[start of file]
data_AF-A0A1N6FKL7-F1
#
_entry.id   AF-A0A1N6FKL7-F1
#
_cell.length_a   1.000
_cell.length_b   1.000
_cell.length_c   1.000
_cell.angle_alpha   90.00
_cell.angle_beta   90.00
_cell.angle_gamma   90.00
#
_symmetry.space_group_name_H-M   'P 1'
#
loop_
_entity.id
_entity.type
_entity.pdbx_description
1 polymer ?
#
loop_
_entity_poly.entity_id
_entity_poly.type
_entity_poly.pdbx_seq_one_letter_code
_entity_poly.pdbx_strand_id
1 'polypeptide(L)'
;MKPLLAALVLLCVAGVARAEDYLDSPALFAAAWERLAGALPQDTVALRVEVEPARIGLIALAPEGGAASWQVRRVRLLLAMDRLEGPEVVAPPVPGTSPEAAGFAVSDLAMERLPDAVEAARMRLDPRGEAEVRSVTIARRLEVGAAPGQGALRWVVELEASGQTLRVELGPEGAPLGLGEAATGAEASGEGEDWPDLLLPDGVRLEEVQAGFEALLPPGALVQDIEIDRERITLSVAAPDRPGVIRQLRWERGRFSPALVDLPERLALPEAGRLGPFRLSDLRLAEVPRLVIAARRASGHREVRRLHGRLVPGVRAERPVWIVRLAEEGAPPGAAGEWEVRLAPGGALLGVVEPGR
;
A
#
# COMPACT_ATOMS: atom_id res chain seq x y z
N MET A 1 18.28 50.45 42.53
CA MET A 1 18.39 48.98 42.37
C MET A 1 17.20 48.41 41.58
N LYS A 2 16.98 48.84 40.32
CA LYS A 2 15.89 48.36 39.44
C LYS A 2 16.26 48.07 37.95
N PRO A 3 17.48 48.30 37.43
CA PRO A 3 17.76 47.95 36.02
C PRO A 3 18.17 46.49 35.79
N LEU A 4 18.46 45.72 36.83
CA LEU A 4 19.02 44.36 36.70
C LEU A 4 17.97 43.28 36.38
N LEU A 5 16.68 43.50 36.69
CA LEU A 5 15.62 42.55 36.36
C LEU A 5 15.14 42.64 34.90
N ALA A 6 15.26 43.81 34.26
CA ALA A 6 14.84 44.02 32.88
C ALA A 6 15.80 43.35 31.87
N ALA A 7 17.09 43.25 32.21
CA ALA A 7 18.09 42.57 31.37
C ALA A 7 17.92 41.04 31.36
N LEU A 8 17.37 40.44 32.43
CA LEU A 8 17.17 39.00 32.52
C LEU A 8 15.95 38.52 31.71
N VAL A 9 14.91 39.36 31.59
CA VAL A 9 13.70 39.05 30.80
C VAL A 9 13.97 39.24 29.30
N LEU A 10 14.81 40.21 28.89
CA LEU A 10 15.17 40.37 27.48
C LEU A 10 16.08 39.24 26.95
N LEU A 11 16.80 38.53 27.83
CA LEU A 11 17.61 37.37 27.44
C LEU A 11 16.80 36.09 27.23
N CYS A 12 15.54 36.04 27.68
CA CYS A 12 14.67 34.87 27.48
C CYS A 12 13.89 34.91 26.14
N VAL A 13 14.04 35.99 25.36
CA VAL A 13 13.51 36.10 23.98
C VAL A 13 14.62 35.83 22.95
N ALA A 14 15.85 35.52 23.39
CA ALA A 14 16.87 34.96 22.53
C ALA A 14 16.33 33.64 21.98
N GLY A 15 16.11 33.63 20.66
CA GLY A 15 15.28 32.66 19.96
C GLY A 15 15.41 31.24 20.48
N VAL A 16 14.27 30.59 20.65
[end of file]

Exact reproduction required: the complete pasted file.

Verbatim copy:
data_AF-A0A1N6FKL7-F1
#
_entry.id   AF-A0A1N6FKL7-F1
#
_cell.length_a   1.000
_cell.length_b   1.000
_cell.length_c   1.000
_cell.angle_alpha   90.00
_cell.angle_beta   90.00
_cell.angle_gamma   90.00
#
_symmetry.space_group_name_H-M   'P 1'
#
loop_
_entity.id
_entity.type
_entity.pdbx_description
1 polymer ?
#
loop_
_entity_poly.entity_id
_entity_poly.type
_entity_poly.pdbx_seq_one_letter_code
_entity_poly.pdbx_strand_id
1 'polypeptide(L)'
;MKPLLAALVLLCVAGVARAEDYLDSPALFAAAWERLAGALPQDTVALRVEVEPARIGLIALAPEGGAASWQVRRVRLLLAMDRLEGPEVVAPPVPGTSPEAAGFAVSDLAMERLPDAVEAARMRLDPRGEAEVRSVTIARRLEVGAAPGQGALRWVVELEASGQTLRVELGPEGAPLGLGEAATGAEASGEGEDWPDLLLPDGVRLEEVQAGFEALLPPGALVQDIEIDRERITLSVAAPDRPGVIRQLRWERGRFSPALVDLPERLALPEAGRLGPFRLSDLRLAEVPRLVIAARRASGHREVRRLHGRLVPGVRAERPVWIVRLAEEGAPPGAAGEWEVRLAPGGALLGVVEPGR
;
A
#
# COMPACT_ATOMS: atom_id res chain seq x y z
N MET A 1 18.28 50.45 42.53
CA MET A 1 18.39 48.98 42.37
C MET A 1 17.20 48.41 41.58
N LYS A 2 16.98 48.84 40.32
CA LYS A 2 15.89 48.36 39.44
C LYS A 2 16.26 48.07 37.95
N PRO A 3 17.48 48.30 37.43
CA PRO A 3 17.76 47.95 36.02
C PRO A 3 18.17 46.49 35.79
N LEU A 4 18.46 45.72 36.83
CA LEU A 4 19.02 44.36 36.70
C LEU A 4 17.97 43.28 36.38
N LEU A 5 16.68 43.50 36.69
CA LEU A 5 15.62 42.55 36.36
C LEU A 5 15.14 42.64 34.90
N ALA A 6 15.26 43.81 34.26
CA ALA A 6 14.84 44.02 32.88
C ALA A 6 15.80 43.35 31.87
N ALA A 7 17.09 43.25 32.21
CA ALA A 7 18.09 42.57 31.37
C ALA A 7 17.92 41.04 31.36
N LEU A 8 17.37 40.44 32.43
CA LEU A 8 17.17 39.00 32.52
C LEU A 8 15.95 38.52 31.71
N VAL A 9 14.91 39.36 31.59
CA VAL A 9 13.70 39.05 30.80
C VAL A 9 13.97 39.24 29.30
N LEU A 10 14.81 40.21 28.89
CA LEU A 10 15.17 40.37 27.48
C LEU A 10 16.08 39.24 26.95
N LEU A 11 16.80 38.53 27.83
CA LEU A 11 17.61 37.37 27.44
C LEU A 11 16.80 36.09 27.23
N CYS A 12 15.54 36.04 27.68
CA CYS A 12 14.67 34.87 27.48
C CYS A 12 13.89 34.91 26.14
N VAL A 13 14.04 35.99 25.36
CA VAL A 13 13.51 36.10 23.98
C VAL A 13 14.62 35.83 22.95
N ALA A 14 15.85 35.52 23.39
CA ALA A 14 16.87 34.96 22.53
C ALA A 14 16.33 33.64 21.98
N GLY A 15 16.11 33.63 20.66
CA GLY A 15 15.28 32.66 19.96
C GLY A 15 15.41 31.24 20.48
N VAL A 16 14.27 30.59 20.65